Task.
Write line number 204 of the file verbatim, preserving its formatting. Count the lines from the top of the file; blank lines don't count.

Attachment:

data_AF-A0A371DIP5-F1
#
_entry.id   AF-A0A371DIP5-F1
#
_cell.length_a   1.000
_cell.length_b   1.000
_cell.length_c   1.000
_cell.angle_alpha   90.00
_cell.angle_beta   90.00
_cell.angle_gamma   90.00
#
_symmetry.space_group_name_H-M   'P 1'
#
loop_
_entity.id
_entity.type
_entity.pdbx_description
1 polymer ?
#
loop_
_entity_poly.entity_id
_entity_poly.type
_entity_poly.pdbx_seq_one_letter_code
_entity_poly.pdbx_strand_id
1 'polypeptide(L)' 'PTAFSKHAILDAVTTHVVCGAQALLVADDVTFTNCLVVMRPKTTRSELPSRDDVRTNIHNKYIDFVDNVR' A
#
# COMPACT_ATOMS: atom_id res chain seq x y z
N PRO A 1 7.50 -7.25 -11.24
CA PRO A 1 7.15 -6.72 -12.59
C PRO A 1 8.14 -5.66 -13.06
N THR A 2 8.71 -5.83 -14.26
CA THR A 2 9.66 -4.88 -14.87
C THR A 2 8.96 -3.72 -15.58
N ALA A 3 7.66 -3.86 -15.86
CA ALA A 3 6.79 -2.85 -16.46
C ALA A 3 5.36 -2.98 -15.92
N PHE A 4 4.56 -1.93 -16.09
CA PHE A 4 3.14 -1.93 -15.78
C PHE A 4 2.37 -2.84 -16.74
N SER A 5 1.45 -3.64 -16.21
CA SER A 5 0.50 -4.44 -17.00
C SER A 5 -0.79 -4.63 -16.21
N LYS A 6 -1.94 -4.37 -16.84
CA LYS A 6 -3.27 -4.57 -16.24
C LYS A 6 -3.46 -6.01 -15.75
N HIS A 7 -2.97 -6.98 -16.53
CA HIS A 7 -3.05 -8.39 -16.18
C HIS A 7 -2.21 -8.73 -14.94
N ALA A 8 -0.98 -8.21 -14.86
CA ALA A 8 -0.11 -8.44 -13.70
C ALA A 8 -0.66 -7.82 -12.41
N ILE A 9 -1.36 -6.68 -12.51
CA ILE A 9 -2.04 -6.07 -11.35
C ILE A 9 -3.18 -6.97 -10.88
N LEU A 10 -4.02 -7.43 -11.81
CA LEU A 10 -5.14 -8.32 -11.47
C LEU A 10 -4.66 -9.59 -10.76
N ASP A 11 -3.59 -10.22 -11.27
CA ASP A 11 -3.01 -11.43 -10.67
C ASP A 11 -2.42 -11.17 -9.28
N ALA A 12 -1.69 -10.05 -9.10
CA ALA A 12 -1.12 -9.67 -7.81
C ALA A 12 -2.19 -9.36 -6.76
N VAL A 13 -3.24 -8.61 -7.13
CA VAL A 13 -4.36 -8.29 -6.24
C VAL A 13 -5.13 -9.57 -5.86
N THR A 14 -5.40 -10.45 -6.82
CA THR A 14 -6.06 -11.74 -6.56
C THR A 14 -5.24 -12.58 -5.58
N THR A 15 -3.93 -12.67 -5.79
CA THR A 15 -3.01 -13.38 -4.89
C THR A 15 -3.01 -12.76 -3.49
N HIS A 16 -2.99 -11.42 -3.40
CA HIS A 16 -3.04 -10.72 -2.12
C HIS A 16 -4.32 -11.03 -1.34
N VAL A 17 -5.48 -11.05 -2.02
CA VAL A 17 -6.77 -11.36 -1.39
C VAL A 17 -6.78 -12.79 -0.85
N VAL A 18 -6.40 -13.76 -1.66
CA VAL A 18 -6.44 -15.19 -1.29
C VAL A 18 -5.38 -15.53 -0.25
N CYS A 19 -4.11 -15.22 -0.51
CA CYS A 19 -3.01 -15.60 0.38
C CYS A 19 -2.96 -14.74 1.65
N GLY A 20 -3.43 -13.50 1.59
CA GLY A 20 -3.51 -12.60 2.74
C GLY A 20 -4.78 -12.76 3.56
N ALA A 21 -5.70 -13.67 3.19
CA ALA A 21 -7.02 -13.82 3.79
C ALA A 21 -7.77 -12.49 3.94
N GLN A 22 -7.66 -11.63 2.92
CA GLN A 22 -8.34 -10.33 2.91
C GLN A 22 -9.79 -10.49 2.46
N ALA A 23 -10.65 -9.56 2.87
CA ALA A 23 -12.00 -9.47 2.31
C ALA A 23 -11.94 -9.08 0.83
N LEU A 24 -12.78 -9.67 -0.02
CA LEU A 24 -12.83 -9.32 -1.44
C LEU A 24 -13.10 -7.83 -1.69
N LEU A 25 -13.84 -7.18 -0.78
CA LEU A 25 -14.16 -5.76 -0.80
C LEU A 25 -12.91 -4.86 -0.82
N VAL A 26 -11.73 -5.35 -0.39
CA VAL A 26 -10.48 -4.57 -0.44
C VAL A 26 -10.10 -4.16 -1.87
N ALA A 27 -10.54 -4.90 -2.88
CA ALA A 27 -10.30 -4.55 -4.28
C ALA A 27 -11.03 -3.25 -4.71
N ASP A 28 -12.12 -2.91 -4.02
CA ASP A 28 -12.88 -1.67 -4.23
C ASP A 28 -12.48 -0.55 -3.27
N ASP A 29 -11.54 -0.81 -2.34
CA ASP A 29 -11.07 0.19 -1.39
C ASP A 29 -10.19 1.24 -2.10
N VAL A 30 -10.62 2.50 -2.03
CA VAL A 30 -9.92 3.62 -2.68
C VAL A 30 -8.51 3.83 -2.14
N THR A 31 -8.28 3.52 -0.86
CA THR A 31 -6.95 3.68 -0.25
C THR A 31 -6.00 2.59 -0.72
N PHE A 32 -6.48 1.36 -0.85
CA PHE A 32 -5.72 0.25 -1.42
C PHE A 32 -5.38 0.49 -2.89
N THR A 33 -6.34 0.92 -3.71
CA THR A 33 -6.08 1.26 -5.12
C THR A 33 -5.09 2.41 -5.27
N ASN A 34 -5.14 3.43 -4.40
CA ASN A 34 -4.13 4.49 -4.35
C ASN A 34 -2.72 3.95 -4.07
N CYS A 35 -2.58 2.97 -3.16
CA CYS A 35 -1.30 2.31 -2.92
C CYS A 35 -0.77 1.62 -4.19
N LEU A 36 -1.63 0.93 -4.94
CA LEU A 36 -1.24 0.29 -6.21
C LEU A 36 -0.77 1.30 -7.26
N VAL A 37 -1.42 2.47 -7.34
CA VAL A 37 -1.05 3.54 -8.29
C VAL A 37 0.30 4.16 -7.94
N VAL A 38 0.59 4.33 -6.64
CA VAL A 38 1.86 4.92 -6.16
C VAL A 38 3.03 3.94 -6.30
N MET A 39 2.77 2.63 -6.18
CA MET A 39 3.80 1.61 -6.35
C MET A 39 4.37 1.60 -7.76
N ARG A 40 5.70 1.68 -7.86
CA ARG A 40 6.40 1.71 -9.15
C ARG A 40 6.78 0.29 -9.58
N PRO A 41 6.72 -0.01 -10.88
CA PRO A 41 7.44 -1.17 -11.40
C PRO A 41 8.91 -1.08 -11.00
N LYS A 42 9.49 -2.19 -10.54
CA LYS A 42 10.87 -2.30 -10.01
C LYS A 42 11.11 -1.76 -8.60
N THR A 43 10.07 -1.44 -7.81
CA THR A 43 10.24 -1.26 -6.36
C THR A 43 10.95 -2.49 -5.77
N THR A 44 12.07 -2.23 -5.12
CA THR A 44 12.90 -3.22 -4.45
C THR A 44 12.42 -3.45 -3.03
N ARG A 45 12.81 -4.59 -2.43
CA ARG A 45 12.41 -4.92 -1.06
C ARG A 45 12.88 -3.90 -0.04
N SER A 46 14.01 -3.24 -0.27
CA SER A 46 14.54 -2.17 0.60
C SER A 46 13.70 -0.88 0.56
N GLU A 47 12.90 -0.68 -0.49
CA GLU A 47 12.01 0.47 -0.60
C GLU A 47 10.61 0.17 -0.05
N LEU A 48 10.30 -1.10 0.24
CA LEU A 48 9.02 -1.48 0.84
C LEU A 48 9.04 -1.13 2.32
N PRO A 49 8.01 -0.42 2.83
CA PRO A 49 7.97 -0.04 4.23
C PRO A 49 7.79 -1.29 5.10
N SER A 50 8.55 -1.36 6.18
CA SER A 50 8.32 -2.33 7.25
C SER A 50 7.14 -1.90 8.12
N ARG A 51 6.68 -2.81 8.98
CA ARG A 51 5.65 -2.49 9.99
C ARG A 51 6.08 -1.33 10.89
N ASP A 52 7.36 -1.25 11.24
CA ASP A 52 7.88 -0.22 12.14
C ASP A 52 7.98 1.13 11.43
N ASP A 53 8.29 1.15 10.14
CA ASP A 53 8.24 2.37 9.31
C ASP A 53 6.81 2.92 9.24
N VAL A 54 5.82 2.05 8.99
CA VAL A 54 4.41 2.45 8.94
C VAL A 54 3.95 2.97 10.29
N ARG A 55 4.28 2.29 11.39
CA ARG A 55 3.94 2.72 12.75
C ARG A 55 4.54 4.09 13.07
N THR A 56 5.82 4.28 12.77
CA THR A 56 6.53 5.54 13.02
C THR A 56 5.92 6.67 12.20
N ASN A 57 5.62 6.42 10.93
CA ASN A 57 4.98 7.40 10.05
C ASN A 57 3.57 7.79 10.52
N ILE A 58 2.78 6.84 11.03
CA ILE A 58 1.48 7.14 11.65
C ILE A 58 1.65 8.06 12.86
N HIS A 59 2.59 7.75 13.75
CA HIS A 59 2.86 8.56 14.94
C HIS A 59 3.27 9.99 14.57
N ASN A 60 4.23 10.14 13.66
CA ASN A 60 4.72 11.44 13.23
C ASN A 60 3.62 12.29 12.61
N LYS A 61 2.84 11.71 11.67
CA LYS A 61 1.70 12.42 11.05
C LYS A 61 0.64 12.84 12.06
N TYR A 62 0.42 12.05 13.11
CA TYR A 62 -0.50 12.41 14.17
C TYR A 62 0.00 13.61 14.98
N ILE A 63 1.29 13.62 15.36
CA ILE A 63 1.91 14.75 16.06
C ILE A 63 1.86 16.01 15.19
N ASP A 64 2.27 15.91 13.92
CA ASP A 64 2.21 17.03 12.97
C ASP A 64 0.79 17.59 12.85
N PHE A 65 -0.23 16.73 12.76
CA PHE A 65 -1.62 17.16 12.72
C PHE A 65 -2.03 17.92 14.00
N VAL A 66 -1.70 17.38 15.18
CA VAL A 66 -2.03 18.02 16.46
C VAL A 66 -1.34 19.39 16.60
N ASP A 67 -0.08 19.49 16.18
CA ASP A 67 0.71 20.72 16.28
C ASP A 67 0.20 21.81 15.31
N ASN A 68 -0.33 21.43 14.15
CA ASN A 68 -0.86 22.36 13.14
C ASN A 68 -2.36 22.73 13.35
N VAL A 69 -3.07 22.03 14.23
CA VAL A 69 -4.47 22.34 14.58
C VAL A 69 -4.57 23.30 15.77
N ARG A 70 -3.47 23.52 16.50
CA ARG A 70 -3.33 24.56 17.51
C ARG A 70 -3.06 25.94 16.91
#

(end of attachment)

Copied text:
C HIS A 59 3.27 9.99 14.57